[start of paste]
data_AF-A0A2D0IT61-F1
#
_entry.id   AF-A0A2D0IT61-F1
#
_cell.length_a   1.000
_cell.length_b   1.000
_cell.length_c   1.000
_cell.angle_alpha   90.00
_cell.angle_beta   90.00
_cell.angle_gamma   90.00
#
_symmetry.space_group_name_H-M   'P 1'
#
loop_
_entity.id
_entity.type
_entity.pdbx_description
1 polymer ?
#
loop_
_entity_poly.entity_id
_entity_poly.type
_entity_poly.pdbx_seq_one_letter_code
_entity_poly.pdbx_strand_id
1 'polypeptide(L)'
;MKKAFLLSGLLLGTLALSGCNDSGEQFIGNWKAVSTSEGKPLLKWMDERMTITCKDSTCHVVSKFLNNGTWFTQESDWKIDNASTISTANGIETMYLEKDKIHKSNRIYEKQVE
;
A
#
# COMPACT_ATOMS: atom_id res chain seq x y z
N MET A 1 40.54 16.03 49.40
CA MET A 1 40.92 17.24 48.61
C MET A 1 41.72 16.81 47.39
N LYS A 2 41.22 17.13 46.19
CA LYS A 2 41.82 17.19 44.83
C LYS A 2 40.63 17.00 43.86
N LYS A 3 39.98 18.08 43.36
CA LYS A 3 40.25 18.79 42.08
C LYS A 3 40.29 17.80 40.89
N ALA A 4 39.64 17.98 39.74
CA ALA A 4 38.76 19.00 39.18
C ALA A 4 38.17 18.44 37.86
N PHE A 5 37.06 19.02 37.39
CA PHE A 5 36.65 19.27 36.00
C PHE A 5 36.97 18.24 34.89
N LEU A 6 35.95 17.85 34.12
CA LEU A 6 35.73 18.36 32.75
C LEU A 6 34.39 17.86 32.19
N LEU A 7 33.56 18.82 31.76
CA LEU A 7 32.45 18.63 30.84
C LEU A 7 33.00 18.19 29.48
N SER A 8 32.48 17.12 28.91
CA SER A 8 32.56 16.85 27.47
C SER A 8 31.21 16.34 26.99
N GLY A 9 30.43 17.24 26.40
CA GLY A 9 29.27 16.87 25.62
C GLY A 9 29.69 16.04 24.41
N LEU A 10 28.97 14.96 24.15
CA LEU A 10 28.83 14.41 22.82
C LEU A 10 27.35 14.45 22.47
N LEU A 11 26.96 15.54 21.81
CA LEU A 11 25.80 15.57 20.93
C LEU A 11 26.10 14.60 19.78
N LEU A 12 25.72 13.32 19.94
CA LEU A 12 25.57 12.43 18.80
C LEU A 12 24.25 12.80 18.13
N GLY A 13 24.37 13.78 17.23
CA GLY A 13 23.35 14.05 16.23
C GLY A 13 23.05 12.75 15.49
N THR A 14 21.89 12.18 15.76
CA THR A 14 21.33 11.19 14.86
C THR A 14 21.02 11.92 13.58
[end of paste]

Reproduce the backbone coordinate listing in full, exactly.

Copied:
data_AF-A0A2D0IT61-F1
#
_entry.id   AF-A0A2D0IT61-F1
#
_cell.length_a   1.000
_cell.length_b   1.000
_cell.length_c   1.000
_cell.angle_alpha   90.00
_cell.angle_beta   90.00
_cell.angle_gamma   90.00
#
_symmetry.space_group_name_H-M   'P 1'
#
loop_
_entity.id
_entity.type
_entity.pdbx_description
1 polymer ?
#
loop_
_entity_poly.entity_id
_entity_poly.type
_entity_poly.pdbx_seq_one_letter_code
_entity_poly.pdbx_strand_id
1 'polypeptide(L)'
;MKKAFLLSGLLLGTLALSGCNDSGEQFIGNWKAVSTSEGKPLLKWMDERMTITCKDSTCHVVSKFLNNGTWFTQESDWKIDNASTISTANGIETMYLEKDKIHKSNRIYEKQVE
;
A
#
# COMPACT_ATOMS: atom_id res chain seq x y z
N MET A 1 40.54 16.03 49.40
CA MET A 1 40.92 17.24 48.61
C MET A 1 41.72 16.81 47.39
N LYS A 2 41.22 17.13 46.19
CA LYS A 2 41.82 17.19 44.83
C LYS A 2 40.63 17.00 43.86
N LYS A 3 39.98 18.08 43.36
CA LYS A 3 40.25 18.79 42.08
C LYS A 3 40.29 17.80 40.89
N ALA A 4 39.64 17.98 39.74
CA ALA A 4 38.76 19.00 39.18
C ALA A 4 38.17 18.44 37.86
N PHE A 5 37.06 19.02 37.39
CA PHE A 5 36.65 19.27 36.00
C PHE A 5 36.97 18.24 34.89
N LEU A 6 35.95 17.85 34.12
CA LEU A 6 35.73 18.36 32.75
C LEU A 6 34.39 17.86 32.19
N LEU A 7 33.56 18.82 31.76
CA LEU A 7 32.45 18.63 30.84
C LEU A 7 33.00 18.19 29.48
N SER A 8 32.48 17.12 28.91
CA SER A 8 32.56 16.85 27.47
C SER A 8 31.21 16.34 26.99
N GLY A 9 30.43 17.24 26.40
CA GLY A 9 29.27 16.87 25.62
C GLY A 9 29.69 16.04 24.41
N LEU A 10 28.97 14.96 24.15
CA LEU A 10 28.83 14.41 22.82
C LEU A 10 27.35 14.45 22.47
N LEU A 11 26.96 15.54 21.81
CA LEU A 11 25.80 15.57 20.93
C LEU A 11 26.10 14.60 19.78
N LEU A 12 25.72 13.32 19.94
CA LEU A 12 25.57 12.43 18.80
C LEU A 12 24.25 12.80 18.13
N GLY A 13 24.37 13.78 17.23
CA GLY A 13 23.35 14.05 16.23
C GLY A 13 23.05 12.75 15.49
N THR A 14 21.89 12.18 15.76
CA THR A 14 21.33 11.19 14.86
C THR A 14 21.02 11.92 13.58